When myriads of cultures mix, borrow and evolve together within Toronto’s small geographic footprint, their aesthetic preferences intersect and build homes that exude a rich cosmopolitanism, proud of being different.
This is such a home. A home where the owners love the contemporary design and wanted to keep most of their existing furniture and artifact collections but were unsure how the two would aesthetically merge. Their personal objects belonged to a different design vocabulary and consisted of oriental rugs and ethnic pieces together with an heirloom dinner table and other ornate décor.
The solution emerged with a clear challenge on hand by integrating the interior architecture with the architectural shell. This essential yet straightforward approach created a clean visual flow and a perfect backdrop for what was bound to become an eclectic combo.
The two central components of contemporary design, form and colour, layered with pattern and ornament, initiated the kind of cultural dialogue needed. The owner’s artifacts and love of colour became painted and imprinted throughout like a journey with many stories. The resulting composition presents itself as a highly private, curated interior, an interior that is unique, comfortable and warm.
Design by Dochia Interior Design | Image by Chris Harrison Photographer
THE MAIN FLOOR
The main floor is defined by a sequence of wall volumes, textures and materials where the deriving geometry shapes rooms as an oasis of activities.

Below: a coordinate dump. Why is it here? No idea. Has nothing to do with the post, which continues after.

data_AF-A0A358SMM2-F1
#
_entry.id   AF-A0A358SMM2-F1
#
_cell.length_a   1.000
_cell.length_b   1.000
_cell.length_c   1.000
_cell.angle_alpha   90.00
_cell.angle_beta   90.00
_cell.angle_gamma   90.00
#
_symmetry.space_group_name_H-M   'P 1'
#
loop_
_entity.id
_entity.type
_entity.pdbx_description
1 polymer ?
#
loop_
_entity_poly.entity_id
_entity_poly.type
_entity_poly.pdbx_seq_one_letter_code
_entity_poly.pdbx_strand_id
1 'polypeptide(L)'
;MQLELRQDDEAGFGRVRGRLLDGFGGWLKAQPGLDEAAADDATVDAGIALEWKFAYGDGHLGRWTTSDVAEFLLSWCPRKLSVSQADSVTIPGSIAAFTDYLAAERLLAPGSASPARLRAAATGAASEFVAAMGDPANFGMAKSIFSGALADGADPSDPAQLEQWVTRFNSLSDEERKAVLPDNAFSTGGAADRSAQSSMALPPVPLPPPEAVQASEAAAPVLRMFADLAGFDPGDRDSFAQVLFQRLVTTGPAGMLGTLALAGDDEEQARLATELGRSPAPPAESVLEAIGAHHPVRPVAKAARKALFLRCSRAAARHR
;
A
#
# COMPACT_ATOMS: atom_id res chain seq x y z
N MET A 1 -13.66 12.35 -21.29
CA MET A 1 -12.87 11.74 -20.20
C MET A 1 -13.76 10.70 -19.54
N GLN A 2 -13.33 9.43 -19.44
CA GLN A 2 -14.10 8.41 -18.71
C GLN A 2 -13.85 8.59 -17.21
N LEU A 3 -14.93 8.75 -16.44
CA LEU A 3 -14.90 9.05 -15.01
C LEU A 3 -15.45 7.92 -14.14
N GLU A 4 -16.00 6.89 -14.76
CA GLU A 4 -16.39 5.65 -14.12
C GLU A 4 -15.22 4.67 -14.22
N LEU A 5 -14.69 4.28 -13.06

When you enter and stand in the foyer, you have the first volume on your left. Clad in seamless walnut veneer, it cleverly hides the front closet, laundry chute and powder room while its heavy mass is set in dynamic contrast to the open-riser stair. Seasonal décor and a round oriental rug are carefully placed like jewellery, and the jolting three-sided fireplace divides and unites the living and dining rooms simultaneously.
As you move forward, the stair, screened from the family room by a decorative divider, plays with the light pouring in abundantly through the south-facing windows of the backyard.
The main floor layout maximizes the light coming through south-facing windows at the back, and walls are used to carve and filter views within the open plan. The use of light and architecture together shapes the space without overpowering the occupants. The entire home feels like walking through a painting in which brushstrokes vary from solids to fluid transparencies, from intense accents to soft backgrounds.
Stay tuned for part 2 next week and join our tour of this beautiful home.
This article first appeared in My 2 cents on design how to curate a better lifestyle through design part of Creativity \\ a DOCHIA FOCUS monthly lifestyle series
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Homes these days are less about norm and more about culture, part 2
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